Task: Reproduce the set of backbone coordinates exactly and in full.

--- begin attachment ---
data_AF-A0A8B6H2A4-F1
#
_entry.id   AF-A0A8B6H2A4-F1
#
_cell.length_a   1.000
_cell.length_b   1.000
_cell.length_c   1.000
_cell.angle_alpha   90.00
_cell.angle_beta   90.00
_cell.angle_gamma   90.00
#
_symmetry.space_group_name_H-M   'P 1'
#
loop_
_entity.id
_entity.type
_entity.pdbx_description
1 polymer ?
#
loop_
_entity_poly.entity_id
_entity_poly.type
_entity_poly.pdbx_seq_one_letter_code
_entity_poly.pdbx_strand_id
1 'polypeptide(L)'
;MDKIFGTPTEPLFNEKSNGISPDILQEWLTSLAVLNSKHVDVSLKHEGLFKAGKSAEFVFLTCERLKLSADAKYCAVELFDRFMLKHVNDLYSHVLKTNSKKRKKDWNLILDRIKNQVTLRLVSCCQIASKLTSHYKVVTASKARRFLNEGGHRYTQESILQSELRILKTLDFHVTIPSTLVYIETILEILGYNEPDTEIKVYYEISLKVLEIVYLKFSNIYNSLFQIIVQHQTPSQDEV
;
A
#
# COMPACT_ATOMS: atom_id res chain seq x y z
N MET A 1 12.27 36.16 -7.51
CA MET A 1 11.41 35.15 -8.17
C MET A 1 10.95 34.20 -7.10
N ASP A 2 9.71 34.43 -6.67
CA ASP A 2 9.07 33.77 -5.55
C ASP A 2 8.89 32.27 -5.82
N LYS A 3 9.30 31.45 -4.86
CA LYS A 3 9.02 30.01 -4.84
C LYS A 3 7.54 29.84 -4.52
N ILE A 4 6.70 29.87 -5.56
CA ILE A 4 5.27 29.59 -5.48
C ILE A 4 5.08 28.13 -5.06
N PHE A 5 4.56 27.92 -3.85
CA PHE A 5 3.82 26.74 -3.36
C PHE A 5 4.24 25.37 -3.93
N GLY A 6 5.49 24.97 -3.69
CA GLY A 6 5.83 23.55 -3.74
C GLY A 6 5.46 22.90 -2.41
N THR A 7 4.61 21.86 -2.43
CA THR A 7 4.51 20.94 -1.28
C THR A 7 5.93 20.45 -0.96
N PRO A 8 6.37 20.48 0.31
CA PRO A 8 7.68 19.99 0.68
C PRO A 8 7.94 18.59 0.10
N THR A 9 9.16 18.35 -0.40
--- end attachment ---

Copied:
data_AF-A0A8B6H2A4-F1
#
_entry.id   AF-A0A8B6H2A4-F1
#
_cell.length_a   1.000
_cell.length_b   1.000
_cell.length_c   1.000
_cell.angle_alpha   90.00
_cell.angle_beta   90.00
_cell.angle_gamma   90.00
#
_symmetry.space_group_name_H-M   'P 1'
#
loop_
_entity.id
_entity.type
_entity.pdbx_description
1 polymer ?
#
loop_
_entity_poly.entity_id
_entity_poly.type
_entity_poly.pdbx_seq_one_letter_code
_entity_poly.pdbx_strand_id
1 'polypeptide(L)'
;MDKIFGTPTEPLFNEKSNGISPDILQEWLTSLAVLNSKHVDVSLKHEGLFKAGKSAEFVFLTCERLKLSADAKYCAVELFDRFMLKHVNDLYSHVLKTNSKKRKKDWNLILDRIKNQVTLRLVSCCQIASKLTSHYKVVTASKARRFLNEGGHRYTQESILQSELRILKTLDFHVTIPSTLVYIETILEILGYNEPDTEIKVYYEISLKVLEIVYLKFSNIYNSLFQIIVQHQTPSQDEV
;
A
#
# COMPACT_ATOMS: atom_id res chain seq x y z
N MET A 1 12.27 36.16 -7.51
CA MET A 1 11.41 35.15 -8.17
C MET A 1 10.95 34.20 -7.10
N ASP A 2 9.71 34.43 -6.67
CA ASP A 2 9.07 33.77 -5.55
C ASP A 2 8.89 32.27 -5.82
N LYS A 3 9.30 31.45 -4.86
CA LYS A 3 9.02 30.01 -4.84
C LYS A 3 7.54 29.84 -4.52
N ILE A 4 6.70 29.87 -5.56
CA ILE A 4 5.27 29.59 -5.48
C ILE A 4 5.08 28.13 -5.06
N PHE A 5 4.56 27.92 -3.85
CA PHE A 5 3.82 26.74 -3.36
C PHE A 5 4.24 25.37 -3.93
N GLY A 6 5.49 24.97 -3.69
CA GLY A 6 5.83 23.55 -3.74
C GLY A 6 5.46 22.90 -2.41
N THR A 7 4.61 21.86 -2.43
CA THR A 7 4.51 20.94 -1.28
C THR A 7 5.93 20.45 -0.96
N PRO A 8 6.37 20.48 0.31
CA PRO A 8 7.68 19.99 0.68
C PRO A 8 7.94 18.59 0.10
N THR A 9 9.16 18.35 -0.40